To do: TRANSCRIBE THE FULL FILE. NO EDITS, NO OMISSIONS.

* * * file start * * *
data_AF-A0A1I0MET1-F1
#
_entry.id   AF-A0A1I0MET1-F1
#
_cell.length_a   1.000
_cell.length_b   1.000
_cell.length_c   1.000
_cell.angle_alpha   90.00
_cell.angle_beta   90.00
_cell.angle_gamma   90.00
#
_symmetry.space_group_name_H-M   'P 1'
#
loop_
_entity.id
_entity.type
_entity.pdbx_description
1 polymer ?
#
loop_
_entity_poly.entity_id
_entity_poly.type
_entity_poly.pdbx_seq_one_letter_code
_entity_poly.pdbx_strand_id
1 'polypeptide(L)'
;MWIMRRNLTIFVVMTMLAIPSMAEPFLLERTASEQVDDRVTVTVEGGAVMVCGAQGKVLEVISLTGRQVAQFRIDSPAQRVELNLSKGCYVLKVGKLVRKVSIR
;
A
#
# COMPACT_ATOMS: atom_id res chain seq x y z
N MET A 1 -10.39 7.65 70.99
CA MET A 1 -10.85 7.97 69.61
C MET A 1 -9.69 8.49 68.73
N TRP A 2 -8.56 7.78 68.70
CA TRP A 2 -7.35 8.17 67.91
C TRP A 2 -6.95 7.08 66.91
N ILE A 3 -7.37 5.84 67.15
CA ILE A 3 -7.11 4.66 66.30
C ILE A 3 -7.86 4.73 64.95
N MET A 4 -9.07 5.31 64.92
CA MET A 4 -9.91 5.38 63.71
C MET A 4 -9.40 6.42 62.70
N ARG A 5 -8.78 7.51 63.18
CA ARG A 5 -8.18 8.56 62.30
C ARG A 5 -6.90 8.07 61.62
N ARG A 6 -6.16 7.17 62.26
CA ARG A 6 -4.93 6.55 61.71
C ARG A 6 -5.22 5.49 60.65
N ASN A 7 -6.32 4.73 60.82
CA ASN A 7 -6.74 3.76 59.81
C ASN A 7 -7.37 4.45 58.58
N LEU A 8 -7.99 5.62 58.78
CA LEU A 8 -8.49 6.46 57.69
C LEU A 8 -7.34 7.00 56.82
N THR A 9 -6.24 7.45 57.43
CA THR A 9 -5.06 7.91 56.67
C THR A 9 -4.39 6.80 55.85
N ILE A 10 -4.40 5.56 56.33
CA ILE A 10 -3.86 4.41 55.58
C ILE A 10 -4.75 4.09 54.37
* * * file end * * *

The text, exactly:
data_AF-A0A1I0MET1-F1
#
_entry.id   AF-A0A1I0MET1-F1
#
_cell.length_a   1.000
_cell.length_b   1.000
_cell.length_c   1.000
_cell.angle_alpha   90.00
_cell.angle_beta   90.00
_cell.angle_gamma   90.00
#
_symmetry.space_group_name_H-M   'P 1'
#
loop_
_entity.id
_entity.type
_entity.pdbx_description
1 polymer ?
#
loop_
_entity_poly.entity_id
_entity_poly.type
_entity_poly.pdbx_seq_one_letter_code
_entity_poly.pdbx_strand_id
1 'polypeptide(L)'
;MWIMRRNLTIFVVMTMLAIPSMAEPFLLERTASEQVDDRVTVTVEGGAVMVCGAQGKVLEVISLTGRQVAQFRIDSPAQRVELNLSKGCYVLKVGKLVRKVSIR
;
A
#
# COMPACT_ATOMS: atom_id res chain seq x y z
N MET A 1 -10.39 7.65 70.99
CA MET A 1 -10.85 7.97 69.61
C MET A 1 -9.69 8.49 68.73
N TRP A 2 -8.56 7.78 68.70
CA TRP A 2 -7.35 8.17 67.91
C TRP A 2 -6.95 7.08 66.91
N ILE A 3 -7.37 5.84 67.15
CA ILE A 3 -7.11 4.66 66.30
C ILE A 3 -7.86 4.73 64.95
N MET A 4 -9.07 5.31 64.92
CA MET A 4 -9.91 5.38 63.71
C MET A 4 -9.40 6.42 62.70
N ARG A 5 -8.78 7.51 63.18
CA ARG A 5 -8.18 8.56 62.30
C ARG A 5 -6.90 8.07 61.62
N ARG A 6 -6.16 7.17 62.26
CA ARG A 6 -4.93 6.55 61.71
C ARG A 6 -5.22 5.49 60.65
N ASN A 7 -6.32 4.73 60.82
CA ASN A 7 -6.74 3.76 59.81
C ASN A 7 -7.37 4.45 58.58
N LEU A 8 -7.99 5.62 58.78
CA LEU A 8 -8.49 6.46 57.69
C LEU A 8 -7.34 7.00 56.82
N THR A 9 -6.24 7.45 57.43
CA THR A 9 -5.06 7.91 56.67
C THR A 9 -4.39 6.80 55.85
N ILE A 10 -4.40 5.56 56.33
CA ILE A 10 -3.86 4.41 55.58
C ILE A 10 -4.75 4.09 54.37